Construction Concerns: Scaffolds

By Gregory Havel

Scaffolds are temporary structures that are used by construction and maintenance workers for access to elevated work areas and to support workers, tools, and materials. They are present in buildings and on construction job sites in a variety of types, ranging from small and simple to complex multistory scaffolds.

Photo 1 shows a simple wheeled scaffold of a type commonly used in building maintenance and in the final stages of construction and remodeling.

(1) Photos by author unless otherwise noted.

 

This type of scaffold is often called a “baker”; it is manufactured in sizes measuring from 24 to 36 inches (61 to 91.5 cm) wide and from 48 to 72 (122 to 183 cm) inches long. It is usually made of steel sections that connect to each other with cam locks or spring-loaded lock pins. The caster brakes must also be locked at any time the scaffold is occupied because of the possibility of serious injury to workers on it if it were to move under them.

Photos 2 and 3 show the complex scaffold system presently in use for the restoration of the dome on the United States Capitol Building in Washington, D.C. A scaffold system this complex must be designed and inspected by a structural engineer after installation.

         

(2, 3) Photos courtesy of the Architect of the U.S. Capitol Web site (http://www.aoc.gov/dome/project-updates.)

 

Photo 4 shows a welded steel frame scaffold that has been built for the construction of a four-story masonry elevator hoistway at the site of a hotel that is under construction.

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Photo 5 shows a welded steel frame scaffold with a heated winter enclosure that protects the masonry from freezing. These enclosures are usually built of flame-retardant sheet plastic and tarps stretched over a steel framework that is supported by the scaffold. Sometimes, sheet plastic and tarps without flame retardant treatment are used because of lower cost despite the increased risk to the workers on the scaffold.

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Photo 6 shows a tube-and-coupler scaffold in use during the renovation of a multistory building. This scaffold supports two rubbish chutes at the left, a rope-and-pulley system for raising tools and equipment to the upper levels of the scaffold, and an access stairway from ground level to the roof and all levels in between. These features can be installed on scaffolding of any type, if it is designed for these purposes. The scaffold in Photo 6 is the same type of scaffold system in use in Photos 2 and 3.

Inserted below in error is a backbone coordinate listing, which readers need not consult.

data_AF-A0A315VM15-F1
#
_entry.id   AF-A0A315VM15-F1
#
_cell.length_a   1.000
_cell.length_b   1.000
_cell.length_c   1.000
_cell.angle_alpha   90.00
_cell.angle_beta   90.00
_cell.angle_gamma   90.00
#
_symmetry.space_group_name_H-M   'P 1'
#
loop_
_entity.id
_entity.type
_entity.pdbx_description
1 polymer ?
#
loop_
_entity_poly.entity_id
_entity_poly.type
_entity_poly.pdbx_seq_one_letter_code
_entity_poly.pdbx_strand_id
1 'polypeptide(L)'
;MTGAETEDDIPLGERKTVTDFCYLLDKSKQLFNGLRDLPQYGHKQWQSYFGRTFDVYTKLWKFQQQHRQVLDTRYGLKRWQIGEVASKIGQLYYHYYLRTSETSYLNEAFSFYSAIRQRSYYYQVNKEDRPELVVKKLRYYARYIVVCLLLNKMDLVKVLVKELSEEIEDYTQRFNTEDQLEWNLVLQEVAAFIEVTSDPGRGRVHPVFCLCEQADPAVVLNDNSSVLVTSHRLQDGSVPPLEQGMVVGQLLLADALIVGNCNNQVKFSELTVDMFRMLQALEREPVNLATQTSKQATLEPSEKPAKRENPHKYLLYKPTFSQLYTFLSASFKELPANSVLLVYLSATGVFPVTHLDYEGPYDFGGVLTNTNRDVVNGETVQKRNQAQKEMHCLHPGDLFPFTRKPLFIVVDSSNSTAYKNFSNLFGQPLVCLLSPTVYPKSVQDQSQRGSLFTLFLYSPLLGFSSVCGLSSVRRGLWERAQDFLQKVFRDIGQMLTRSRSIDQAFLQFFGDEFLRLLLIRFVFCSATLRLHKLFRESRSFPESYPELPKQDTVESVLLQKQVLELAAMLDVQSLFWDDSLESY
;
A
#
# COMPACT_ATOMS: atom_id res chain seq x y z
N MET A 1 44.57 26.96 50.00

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As in any type of structure, the connections between the scaffold components are the weak points. The failure of any single connection may cause the collapse of the scaffold and the death of—or serious injury to—the workers using it.

No type of scaffold is permitted to be higher than four times the narrow dimension of its base because of  its tendency to tip if it is higher unless it has outriggers, guy lines, or ties to a wall or other substantial structural element.

On construction job sites, scaffolds can be the location of the same types of fire-related and medical emergencies as any permanent structure, with added hazards such as the following:

  • The temporary nature of the structure.
  • The lack of fire resistance.
  • The lack of automatic fire sprinkler systems.
  • Rapid spread of fire after ignition.
  • Limited access because of ground conditions and temporary construction roads.
  • Access to upper levels often only by ladder or a narrow, steep stairway.
  • The tendency for the scaffold to collapse if overloaded, out of plumb, or if ground conditions change from wet to dry or frozen to thawed ground.

If you have a large construction project in your response area that involves large or complex scaffolds, contact the construction manager or general contractor to discuss job site tours for your personnel; and the possibility of performing ladder evolutions with hose lines, and patient removal drills using weighted mannequins, from an upper level of the scaffold.

For a description of the many types of scaffolds, a discussion of their hazards, and requirements for their proper use, visit the Occupational Safety and Health Administration (OSHA) Website at www.osha.gov and https://www.osha.gov/SLTC/scaffolding/index.html. These Web sites have links to resource documents as well as to the regulations that apply to the erection, use, and dismantling of many types of scaffolds and to the workers who use them.

You can also do a Web search for “scaffold manufacturers” for links to detailed descriptions and specifications for scaffold equipment and accessories.

Download this article as a PDF HERE

 

Gregory Havel is a member of the Town of Burlington (WI) Fire Department; retired deputy chief and training officer; and a 35-year veteran of the fire service. He is a Wisconsin-certified fire instructor II, fire officer II, and fire inspector; an adjunct instructor in fire service programs at Gateway Technical College; and safety director for Scherrer Construction Co., Inc. Havel has a bachelor’s degree from St. Norbert College; has more than 35 years of experience in facilities management and building construction; and has presented classes at FDIC.

 

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